4. Don't Focus Too Much on Standardized-Test Scores
Sometimes, good test scores can be an indication that a school is doing a very good job of educating its students, but other times it can be an indication that the school is teaching to the test. Standardized tests only measure about a third of the curriculum that should be being taught in the school, which means if the school is only teaching the test material, your child is missing out on a lot. Ideally, a school will teach a rich and complicated curriculum, Tyre said, wherein students get a tremendous amount of information, with the test answers embedded throughout. And, she noted, "Test scores going up for one year means nothing, so drop the contest mentality." Instead, ask to see the desegregated test results that break out various student populations. Focus on the English-language-learning students — even if your child is not one of them — those students are the hardest to teach and are often the lowest quartile, so if their scores are going up, that really says something about the school. But don't stop there, ask why the scores have gone up. You want a thoughtful answer, Tyre said, not simply, Oh, we have this new program that helps us teach the test.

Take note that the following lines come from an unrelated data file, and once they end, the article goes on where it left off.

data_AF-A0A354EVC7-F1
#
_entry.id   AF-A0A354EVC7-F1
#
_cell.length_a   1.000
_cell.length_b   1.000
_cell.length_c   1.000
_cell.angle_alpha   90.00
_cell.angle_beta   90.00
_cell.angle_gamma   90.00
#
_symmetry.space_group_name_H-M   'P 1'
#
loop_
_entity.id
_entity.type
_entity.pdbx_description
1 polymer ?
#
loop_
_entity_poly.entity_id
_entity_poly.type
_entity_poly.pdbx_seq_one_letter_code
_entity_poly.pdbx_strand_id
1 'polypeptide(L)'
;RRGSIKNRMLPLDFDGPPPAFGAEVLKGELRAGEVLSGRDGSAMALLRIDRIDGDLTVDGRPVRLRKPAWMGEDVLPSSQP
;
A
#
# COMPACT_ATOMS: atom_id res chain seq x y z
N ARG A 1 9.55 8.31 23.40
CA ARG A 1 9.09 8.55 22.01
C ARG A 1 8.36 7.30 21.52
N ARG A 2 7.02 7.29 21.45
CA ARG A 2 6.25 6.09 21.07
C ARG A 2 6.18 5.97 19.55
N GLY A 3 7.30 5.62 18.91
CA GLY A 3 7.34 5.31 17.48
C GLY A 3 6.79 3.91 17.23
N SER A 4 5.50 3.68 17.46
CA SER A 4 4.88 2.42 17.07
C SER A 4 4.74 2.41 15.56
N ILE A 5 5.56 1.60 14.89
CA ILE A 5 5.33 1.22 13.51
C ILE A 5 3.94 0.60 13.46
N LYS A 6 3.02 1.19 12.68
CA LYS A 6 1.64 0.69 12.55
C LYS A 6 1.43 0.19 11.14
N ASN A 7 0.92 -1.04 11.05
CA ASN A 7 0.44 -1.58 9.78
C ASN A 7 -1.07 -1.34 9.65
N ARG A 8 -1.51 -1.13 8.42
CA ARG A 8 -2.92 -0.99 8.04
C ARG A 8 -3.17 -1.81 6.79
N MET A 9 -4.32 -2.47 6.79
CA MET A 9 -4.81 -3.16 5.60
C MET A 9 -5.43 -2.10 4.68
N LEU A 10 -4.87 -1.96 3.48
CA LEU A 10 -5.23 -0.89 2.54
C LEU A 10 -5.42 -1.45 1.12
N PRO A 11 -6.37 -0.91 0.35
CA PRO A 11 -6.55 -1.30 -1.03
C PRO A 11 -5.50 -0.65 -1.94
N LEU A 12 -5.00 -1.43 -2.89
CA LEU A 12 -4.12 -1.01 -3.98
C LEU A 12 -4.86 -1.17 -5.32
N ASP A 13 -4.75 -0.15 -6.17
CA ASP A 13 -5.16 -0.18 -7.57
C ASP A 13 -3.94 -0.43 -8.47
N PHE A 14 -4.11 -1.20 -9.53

5. There Is No Excuse for a School Day with No Recess